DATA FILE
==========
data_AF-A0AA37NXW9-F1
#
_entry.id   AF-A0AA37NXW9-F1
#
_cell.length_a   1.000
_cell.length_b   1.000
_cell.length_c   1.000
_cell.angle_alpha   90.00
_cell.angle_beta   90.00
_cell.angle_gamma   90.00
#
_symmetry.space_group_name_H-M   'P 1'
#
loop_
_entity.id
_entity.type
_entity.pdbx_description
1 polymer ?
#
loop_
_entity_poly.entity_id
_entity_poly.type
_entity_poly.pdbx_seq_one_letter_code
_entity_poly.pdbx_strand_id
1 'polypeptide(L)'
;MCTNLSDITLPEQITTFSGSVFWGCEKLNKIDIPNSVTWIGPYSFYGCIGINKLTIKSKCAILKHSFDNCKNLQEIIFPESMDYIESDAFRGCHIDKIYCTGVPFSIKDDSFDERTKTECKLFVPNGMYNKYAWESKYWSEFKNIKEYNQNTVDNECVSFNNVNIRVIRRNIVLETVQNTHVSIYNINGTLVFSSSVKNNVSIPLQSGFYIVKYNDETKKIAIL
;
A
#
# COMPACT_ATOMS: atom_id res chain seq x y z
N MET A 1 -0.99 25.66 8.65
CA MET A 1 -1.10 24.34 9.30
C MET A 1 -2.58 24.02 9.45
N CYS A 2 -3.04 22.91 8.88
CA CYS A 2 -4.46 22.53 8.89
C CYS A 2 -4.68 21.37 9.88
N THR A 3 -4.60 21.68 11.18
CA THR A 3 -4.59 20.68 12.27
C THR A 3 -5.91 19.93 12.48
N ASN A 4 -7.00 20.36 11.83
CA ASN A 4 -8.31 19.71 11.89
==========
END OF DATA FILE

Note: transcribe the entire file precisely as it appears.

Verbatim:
data_AF-A0AA37NXW9-F1
#
_entry.id   AF-A0AA37NXW9-F1
#
_cell.length_a   1.000
_cell.length_b   1.000
_cell.length_c   1.000
_cell.angle_alpha   90.00
_cell.angle_beta   90.00
_cell.angle_gamma   90.00
#
_symmetry.space_group_name_H-M   'P 1'
#
loop_
_entity.id
_entity.type
_entity.pdbx_description
1 polymer ?
#
loop_
_entity_poly.entity_id
_entity_poly.type
_entity_poly.pdbx_seq_one_letter_code
_entity_poly.pdbx_strand_id
1 'polypeptide(L)'
;MCTNLSDITLPEQITTFSGSVFWGCEKLNKIDIPNSVTWIGPYSFYGCIGINKLTIKSKCAILKHSFDNCKNLQEIIFPESMDYIESDAFRGCHIDKIYCTGVPFSIKDDSFDERTKTECKLFVPNGMYNKYAWESKYWSEFKNIKEYNQNTVDNECVSFNNVNIRVIRRNIVLETVQNTHVSIYNINGTLVFSSSVKNNVSIPLQSGFYIVKYNDETKKIAIL
;
A
#
# COMPACT_ATOMS: atom_id res chain seq x y z
N MET A 1 -0.99 25.66 8.65
CA MET A 1 -1.10 24.34 9.30
C MET A 1 -2.58 24.02 9.45
N CYS A 2 -3.04 22.91 8.88
CA CYS A 2 -4.46 22.53 8.89
C CYS A 2 -4.68 21.37 9.88
N THR A 3 -4.60 21.68 11.18
CA THR A 3 -4.59 20.68 12.27
C THR A 3 -5.91 19.93 12.48
N ASN A 4 -7.00 20.36 11.83
CA ASN A 4 -8.31 19.71 11.89